There are also several pages of legends and approach chart symbology, which will make for a good review on your next long cross-country flight.
4. Activate the Pen tool on charts with a long press action
ForeFlight has long offered a chart annotation tool to markup approach plates and taxiway diagrams. But instead of activating the header bar buttons at the top of the Plates section and selecting pen tool, try this shortcut instead: press your finger and hold down on the chart and a shortcut menu will appear with a small row of buttons. You can use these to type with the keyboard, add a note or use the freehand pen tool. It’s a great way to jot down some notes on a chart without having to hunt down the buttons during a busy flight.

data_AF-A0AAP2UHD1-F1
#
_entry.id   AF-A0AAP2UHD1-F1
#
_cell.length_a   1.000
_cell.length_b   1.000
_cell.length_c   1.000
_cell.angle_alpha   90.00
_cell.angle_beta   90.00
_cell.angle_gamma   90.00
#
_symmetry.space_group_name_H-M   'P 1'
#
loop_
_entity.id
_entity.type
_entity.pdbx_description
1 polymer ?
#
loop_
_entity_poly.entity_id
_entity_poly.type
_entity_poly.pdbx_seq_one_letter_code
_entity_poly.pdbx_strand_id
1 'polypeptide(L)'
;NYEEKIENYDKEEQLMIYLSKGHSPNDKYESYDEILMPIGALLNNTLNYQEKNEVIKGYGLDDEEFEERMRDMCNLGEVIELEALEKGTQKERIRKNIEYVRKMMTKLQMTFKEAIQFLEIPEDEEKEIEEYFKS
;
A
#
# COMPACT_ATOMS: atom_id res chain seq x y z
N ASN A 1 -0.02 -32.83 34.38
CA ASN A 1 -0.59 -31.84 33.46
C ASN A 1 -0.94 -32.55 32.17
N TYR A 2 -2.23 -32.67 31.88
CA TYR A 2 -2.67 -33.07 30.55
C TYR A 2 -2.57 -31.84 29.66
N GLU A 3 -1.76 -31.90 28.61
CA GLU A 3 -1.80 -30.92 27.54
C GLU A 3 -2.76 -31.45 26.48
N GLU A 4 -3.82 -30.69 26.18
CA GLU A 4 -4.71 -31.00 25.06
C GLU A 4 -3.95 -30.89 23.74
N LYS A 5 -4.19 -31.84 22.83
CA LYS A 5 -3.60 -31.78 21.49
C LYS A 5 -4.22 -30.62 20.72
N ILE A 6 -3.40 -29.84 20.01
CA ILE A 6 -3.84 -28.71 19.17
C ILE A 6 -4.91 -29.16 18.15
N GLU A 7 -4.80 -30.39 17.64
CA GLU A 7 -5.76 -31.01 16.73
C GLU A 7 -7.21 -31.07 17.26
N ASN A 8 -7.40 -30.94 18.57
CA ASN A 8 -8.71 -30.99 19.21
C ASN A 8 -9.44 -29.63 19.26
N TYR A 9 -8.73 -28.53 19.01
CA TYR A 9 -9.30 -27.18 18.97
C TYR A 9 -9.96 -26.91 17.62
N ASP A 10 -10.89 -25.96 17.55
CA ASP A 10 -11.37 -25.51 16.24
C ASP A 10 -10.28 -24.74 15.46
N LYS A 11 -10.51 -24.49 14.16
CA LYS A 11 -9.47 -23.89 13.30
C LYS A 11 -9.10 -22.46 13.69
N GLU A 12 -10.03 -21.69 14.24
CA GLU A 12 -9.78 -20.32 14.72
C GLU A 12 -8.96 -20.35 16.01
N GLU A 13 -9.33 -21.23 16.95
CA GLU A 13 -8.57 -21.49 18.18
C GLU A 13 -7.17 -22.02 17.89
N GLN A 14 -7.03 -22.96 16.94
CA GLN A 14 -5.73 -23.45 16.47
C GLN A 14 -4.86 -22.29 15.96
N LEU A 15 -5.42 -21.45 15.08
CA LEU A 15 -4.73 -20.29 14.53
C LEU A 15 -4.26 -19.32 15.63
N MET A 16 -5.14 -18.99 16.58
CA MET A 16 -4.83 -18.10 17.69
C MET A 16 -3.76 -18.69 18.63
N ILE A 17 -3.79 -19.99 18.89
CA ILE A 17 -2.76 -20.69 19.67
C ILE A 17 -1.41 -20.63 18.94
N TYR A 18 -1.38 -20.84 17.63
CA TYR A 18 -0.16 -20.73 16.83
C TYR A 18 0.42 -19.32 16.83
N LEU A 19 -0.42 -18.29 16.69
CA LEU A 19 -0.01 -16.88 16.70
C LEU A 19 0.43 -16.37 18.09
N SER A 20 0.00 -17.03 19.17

5. Always fly with Glide Advisor enabled
The Glide Advisor feature was released back in the spring and provides pilots with critical glide range data in the event of a partial or total loss of engine power. The catch is you have to do a little work in advance and configure it for your airplane’s glide ratio (learn how to do that here), but it can be a big lifesaver.
Equally as important as setting up your airplane profile is to always fly with this feature enabled. If your engine quits you don’t want to waste valuable time poking through menus trying to find the switch (it’s towards the bottom of the moving map settings menu). Rather you’ll want to simply glance down at the blue range ring to quickly assess if an airport or other suitable spot is within gliding distance and turn in that direction while continuing to troubleshoot the emergency.